© Chris Putnam / Alamy Stock Photo

Alice Springs first came to prominence in the 1870s as the central point of the Darwin to Adelaide telegraph line. Visit the restored Old Telegraph Station Reserve to learn more about this extraordinary feat, see some of the first buildings of Alice Springs, and to find out what life was like for the early pioneers of the Red Centre. You can also visit the site of the world’s first Royal Flying Doctor Service, the School of the Air, the Australian remote learning program for kids across the territory, and explore Central Australia’s first town, Hermannsburg.

Emily Gap

Natural Feature, Historical Landmark
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Located in the East MacDonnell Ranges, 10km (6mi) out of Alice Springs, Yeperenye – or Emily Gap – is a sacred spiritual site to the Eastern Arrernte people, due to its importance in the Caterpillar Dreamtime story. Featuring a large Aboriginal rock painting of the caterpillar dreaming, Emily Gap is believed to be where the caterpillar beings of Mpwarntwe, now Alice Springs, originated. From Emily Gap, you can also continue to Trephina Gorge, which has over 5,000 ancient rock climbings and explore the ghost town at the Arltunga Historical Reserve.

Simpsons Gap

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A real must-do experience in Alice Springs, Simpsons Gap, is a gorgeous natural plunge pool in the middle of a towering gorge. Perfect for swimming, Simpsons Gap is also a great hiking spot, with several short walks including ancient Ghost Gums and incredible vistas over the West MacDonnell Range. Known as Rungutjirpa to the Arrernte people, this sacred gap was once home to a group of mythological giant goanna ancestors.

Explore the West MacDonnell Ranges

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From Simpsons Gap, the West Macs span a further 150km (93mi) or so to the west. While you could spend a few days traversing the entire range, there are plenty of incredible places to explore that are closer to Alice Springs, including the epic Standley Chasm, Ormiston Gorge, Glen Helen and the Ochre Pits. You can also go for a swim in Ellery Creek Big Hole and stop at Tyler’s Pass for a great view over the Tnorala (or Gosses Bluff), a 5km-wide (3mi) crater believed to have been created by the impact of an asteroid approximately 142.5 million years ago.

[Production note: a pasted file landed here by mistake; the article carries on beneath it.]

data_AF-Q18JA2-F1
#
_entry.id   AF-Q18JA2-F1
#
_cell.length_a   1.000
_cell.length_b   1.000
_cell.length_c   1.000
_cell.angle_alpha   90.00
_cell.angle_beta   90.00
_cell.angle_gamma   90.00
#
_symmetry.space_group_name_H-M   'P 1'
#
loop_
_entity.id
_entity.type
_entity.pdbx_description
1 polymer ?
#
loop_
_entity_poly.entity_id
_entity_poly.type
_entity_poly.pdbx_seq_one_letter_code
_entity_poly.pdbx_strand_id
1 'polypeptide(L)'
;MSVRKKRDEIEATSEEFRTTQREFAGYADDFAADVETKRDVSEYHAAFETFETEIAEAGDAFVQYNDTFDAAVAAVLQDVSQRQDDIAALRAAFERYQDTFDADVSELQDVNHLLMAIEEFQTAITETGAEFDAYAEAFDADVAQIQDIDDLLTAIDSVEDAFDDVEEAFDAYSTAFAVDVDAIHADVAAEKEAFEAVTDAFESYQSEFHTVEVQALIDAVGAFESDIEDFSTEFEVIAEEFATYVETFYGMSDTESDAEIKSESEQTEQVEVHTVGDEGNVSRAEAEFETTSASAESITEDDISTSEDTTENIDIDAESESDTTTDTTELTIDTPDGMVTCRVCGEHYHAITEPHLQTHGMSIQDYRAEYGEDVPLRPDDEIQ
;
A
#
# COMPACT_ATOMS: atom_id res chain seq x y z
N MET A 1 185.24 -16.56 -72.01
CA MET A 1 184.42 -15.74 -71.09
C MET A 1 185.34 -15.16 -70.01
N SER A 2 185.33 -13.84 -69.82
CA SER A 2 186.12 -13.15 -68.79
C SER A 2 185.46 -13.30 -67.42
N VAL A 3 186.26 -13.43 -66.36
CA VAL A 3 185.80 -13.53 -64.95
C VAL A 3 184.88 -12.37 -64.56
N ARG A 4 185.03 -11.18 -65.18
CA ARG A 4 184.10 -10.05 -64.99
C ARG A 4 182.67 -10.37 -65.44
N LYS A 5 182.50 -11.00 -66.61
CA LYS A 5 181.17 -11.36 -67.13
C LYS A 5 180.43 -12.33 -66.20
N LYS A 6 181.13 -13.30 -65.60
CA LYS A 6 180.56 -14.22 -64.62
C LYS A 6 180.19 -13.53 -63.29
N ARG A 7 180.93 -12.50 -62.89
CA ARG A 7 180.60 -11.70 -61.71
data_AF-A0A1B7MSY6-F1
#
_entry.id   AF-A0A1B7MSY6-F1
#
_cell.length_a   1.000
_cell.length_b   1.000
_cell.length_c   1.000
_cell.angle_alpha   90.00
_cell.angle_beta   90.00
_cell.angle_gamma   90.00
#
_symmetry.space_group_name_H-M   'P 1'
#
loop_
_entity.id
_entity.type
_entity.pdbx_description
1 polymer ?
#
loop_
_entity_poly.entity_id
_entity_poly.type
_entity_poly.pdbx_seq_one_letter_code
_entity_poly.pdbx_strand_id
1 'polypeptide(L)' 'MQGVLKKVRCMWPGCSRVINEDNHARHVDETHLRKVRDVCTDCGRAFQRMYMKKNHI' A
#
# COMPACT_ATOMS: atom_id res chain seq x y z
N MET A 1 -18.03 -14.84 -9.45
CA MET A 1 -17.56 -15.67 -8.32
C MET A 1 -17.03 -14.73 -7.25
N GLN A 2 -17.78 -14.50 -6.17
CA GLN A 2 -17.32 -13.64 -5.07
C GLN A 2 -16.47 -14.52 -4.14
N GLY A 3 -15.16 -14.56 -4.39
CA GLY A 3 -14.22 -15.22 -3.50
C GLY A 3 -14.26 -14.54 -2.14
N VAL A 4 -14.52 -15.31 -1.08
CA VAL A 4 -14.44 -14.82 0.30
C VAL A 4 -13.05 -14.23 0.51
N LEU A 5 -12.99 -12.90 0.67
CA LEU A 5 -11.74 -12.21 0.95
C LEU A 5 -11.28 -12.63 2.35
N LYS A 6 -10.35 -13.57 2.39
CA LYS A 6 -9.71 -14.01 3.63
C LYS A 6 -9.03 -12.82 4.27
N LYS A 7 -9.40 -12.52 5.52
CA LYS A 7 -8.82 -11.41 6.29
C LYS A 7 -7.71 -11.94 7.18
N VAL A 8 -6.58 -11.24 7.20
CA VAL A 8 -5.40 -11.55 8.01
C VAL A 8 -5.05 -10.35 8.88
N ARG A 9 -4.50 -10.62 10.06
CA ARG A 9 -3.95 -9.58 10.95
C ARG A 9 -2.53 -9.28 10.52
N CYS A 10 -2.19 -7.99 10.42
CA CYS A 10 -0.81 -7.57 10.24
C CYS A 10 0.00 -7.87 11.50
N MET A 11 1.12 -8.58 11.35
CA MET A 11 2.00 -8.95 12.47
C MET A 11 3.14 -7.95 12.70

Trek the Larapinta Trail

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Ormiston Pound at sunrise, Larapinta Trail, Northern Territory, Australia
© Oggielander / Stockimo / Alamy Stock Photo

One of the finest extended walks in the world, the Larapinta Trail, was voted by Nat Geo as one of the top 20 trekking experiences to be had on the planet. Covering 223km (139mi) from Alice Springs to Mount Sonder, the Larapinta Trail is split into 12 sections and can be broken down into short walks, including some that are just a couple of hours, or the full shebang, which takes around 20 days. The trail covers many famous attractions like Simpsons Gap, Glen Helen and Ellery Creek Big Hole, along with epic vistas of the bush and the rugged landscape and some of the best stargazing opportunities in the world.

Kangaroo Sanctuary

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Just outside Alice Springs, the Kangaroo Sanctuary is the home of Kangaroo Dundee, Chris ‘Brolga’ Barnes. Initially opened in 2005 to care for orphaned joeys, the sanctuary – and Brolga – reached international fame when they were featured on a BBC documentary. You have to join a small-group sunset tour to visit the sanctuary, where you will come face to face with some of Australia’s much-loved marsupials, red kangaroos, and see the fantastic work that Brolga has done to protect these incredible animals.

Olive Pink Botanic Gardens

Botanical Garden
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Annie Myer's Hill, Olive Pink Botanic Garden, Alice Springs, Northern Territories, Australia
© Geoff A Howard / Alamy Stock Photo
A short drive from the town centre, the Olive Pink Botanic Garden was founded in 1956 by Miss Olive Pink, an anthropologist, Aboriginal justice-fighter, artist and passionate gardener. Today, the garden is a great place to learn about some of the native plants in the area, along with the 80 different bird species that call them home. There are also lots of walking trails to explore, including Tharrarltneme – or Annie Meyer Hill – a sacred site to the Arrernte people that offers impressive views over Alice Springs, the Todd River and the MacDonnell Ranges.

Additional reporting by

These recommendations were updated on September 10, 2020 to keep your travel plans fresh.